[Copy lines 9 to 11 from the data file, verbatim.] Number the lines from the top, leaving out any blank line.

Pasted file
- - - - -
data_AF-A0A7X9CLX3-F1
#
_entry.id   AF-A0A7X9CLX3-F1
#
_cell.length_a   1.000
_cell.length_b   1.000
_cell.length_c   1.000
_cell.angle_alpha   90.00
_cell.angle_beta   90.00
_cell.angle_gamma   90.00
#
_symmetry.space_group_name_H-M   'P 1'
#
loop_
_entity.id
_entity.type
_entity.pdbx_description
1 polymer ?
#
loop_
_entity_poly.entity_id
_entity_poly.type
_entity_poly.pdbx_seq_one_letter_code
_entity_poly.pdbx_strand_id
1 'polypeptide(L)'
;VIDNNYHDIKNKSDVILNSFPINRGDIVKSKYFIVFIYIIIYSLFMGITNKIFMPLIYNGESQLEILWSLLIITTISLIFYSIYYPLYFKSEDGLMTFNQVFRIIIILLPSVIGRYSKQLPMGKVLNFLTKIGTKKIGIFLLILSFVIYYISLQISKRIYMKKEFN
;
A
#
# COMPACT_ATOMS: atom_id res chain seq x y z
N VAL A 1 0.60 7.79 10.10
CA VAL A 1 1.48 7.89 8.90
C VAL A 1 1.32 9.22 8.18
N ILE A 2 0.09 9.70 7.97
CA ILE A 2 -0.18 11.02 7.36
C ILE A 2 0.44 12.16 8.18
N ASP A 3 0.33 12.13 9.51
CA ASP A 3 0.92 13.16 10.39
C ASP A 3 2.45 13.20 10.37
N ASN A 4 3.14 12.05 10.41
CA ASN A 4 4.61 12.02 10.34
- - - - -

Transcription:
_cell.angle_beta   90.00
_cell.angle_gamma   90.00
#